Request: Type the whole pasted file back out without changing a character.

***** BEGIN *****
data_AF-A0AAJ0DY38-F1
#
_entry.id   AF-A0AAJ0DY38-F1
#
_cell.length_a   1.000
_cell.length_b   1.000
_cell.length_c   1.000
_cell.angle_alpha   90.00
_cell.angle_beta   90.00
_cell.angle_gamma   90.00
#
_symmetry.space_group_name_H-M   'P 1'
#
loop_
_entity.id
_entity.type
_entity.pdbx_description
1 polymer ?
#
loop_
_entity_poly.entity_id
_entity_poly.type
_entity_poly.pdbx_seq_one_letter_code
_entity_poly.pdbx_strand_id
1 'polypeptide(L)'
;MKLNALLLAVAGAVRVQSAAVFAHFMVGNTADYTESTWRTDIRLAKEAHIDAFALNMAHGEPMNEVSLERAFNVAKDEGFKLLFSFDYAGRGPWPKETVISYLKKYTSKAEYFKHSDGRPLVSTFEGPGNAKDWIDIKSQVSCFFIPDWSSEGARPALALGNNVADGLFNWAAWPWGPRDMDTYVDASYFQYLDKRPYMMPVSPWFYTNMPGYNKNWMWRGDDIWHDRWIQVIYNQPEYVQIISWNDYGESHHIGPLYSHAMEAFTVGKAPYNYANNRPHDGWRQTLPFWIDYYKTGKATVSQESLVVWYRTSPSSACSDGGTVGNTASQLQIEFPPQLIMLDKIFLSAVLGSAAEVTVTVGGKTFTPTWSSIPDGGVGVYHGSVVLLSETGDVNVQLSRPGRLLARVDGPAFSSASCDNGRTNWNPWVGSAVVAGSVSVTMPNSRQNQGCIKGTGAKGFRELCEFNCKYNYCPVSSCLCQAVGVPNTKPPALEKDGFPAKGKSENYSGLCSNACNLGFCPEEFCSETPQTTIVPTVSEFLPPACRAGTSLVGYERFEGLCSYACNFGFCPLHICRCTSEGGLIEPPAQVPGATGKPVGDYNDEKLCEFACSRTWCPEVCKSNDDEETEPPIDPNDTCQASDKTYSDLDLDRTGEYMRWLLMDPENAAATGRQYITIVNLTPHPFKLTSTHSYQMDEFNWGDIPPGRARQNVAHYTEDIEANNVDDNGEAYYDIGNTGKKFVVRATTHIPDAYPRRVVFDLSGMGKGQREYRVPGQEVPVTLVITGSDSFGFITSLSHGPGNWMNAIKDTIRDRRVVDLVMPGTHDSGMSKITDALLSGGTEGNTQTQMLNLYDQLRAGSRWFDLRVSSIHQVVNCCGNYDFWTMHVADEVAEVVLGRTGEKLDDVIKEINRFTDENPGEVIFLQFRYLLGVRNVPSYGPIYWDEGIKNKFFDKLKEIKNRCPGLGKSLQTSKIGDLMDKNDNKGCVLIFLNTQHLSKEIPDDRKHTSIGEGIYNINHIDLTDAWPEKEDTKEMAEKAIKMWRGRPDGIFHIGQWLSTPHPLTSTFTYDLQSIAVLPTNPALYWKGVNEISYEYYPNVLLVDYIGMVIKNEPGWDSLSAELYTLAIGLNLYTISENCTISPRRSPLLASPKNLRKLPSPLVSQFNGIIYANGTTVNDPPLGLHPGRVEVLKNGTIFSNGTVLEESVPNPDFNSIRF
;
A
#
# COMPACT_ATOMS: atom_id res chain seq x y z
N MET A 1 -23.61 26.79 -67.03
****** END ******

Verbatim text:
data_AF-A0AAJ0DY38-F1
#
_entry.id   AF-A0AAJ0DY38-F1
#
_cell.length_a   1.000
_cell.length_b   1.000
_cell.length_c   1.000
_cell.angle_alpha   90.00
_cell.angle_beta   90.00
_cell.angle_gamma   90.00
#
_symmetry.space_group_name_H-M   'P 1'
#
loop_
_entity.id
_entity.type
_entity.pdbx_description
1 polymer ?
#
loop_
_entity_poly.entity_id
_entity_poly.type
_entity_poly.pdbx_seq_one_letter_code
_entity_poly.pdbx_strand_id
1 'polypeptide(L)'
;MKLNALLLAVAGAVRVQSAAVFAHFMVGNTADYTESTWRTDIRLAKEAHIDAFALNMAHGEPMNEVSLERAFNVAKDEGFKLLFSFDYAGRGPWPKETVISYLKKYTSKAEYFKHSDGRPLVSTFEGPGNAKDWIDIKSQVSCFFIPDWSSEGARPALALGNNVADGLFNWAAWPWGPRDMDTYVDASYFQYLDKRPYMMPVSPWFYTNMPGYNKNWMWRGDDIWHDRWIQVIYNQPEYVQIISWNDYGESHHIGPLYSHAMEAFTVGKAPYNYANNRPHDGWRQTLPFWIDYYKTGKATVSQESLVVWYRTSPSSACSDGGTVGNTASQLQIEFPPQLIMLDKIFLSAVLGSAAEVTVTVGGKTFTPTWSSIPDGGVGVYHGSVVLLSETGDVNVQLSRPGRLLARVDGPAFSSASCDNGRTNWNPWVGSAVVAGSVSVTMPNSRQNQGCIKGTGAKGFRELCEFNCKYNYCPVSSCLCQAVGVPNTKPPALEKDGFPAKGKSENYSGLCSNACNLGFCPEEFCSETPQTTIVPTVSEFLPPACRAGTSLVGYERFEGLCSYACNFGFCPLHICRCTSEGGLIEPPAQVPGATGKPVGDYNDEKLCEFACSRTWCPEVCKSNDDEETEPPIDPNDTCQASDKTYSDLDLDRTGEYMRWLLMDPENAAATGRQYITIVNLTPHPFKLTSTHSYQMDEFNWGDIPPGRARQNVAHYTEDIEANNVDDNGEAYYDIGNTGKKFVVRATTHIPDAYPRRVVFDLSGMGKGQREYRVPGQEVPVTLVITGSDSFGFITSLSHGPGNWMNAIKDTIRDRRVVDLVMPGTHDSGMSKITDALLSGGTEGNTQTQMLNLYDQLRAGSRWFDLRVSSIHQVVNCCGNYDFWTMHVADEVAEVVLGRTGEKLDDVIKEINRFTDENPGEVIFLQFRYLLGVRNVPSYGPIYWDEGIKNKFFDKLKEIKNRCPGLGKSLQTSKIGDLMDKNDNKGCVLIFLNTQHLSKEIPDDRKHTSIGEGIYNINHIDLTDAWPEKEDTKEMAEKAIKMWRGRPDGIFHIGQWLSTPHPLTSTFTYDLQSIAVLPTNPALYWKGVNEISYEYYPNVLLVDYIGMVIKNEPGWDSLSAELYTLAIGLNLYTISENCTISPRRSPLLASPKNLRKLPSPLVSQFNGIIYANGTTVNDPPLGLHPGRVEVLKNGTIFSNGTVLEESVPNPDFNSIRF
;
A
#
# COMPACT_ATOMS: atom_id res chain seq x y z
N MET A 1 -23.61 26.79 -67.03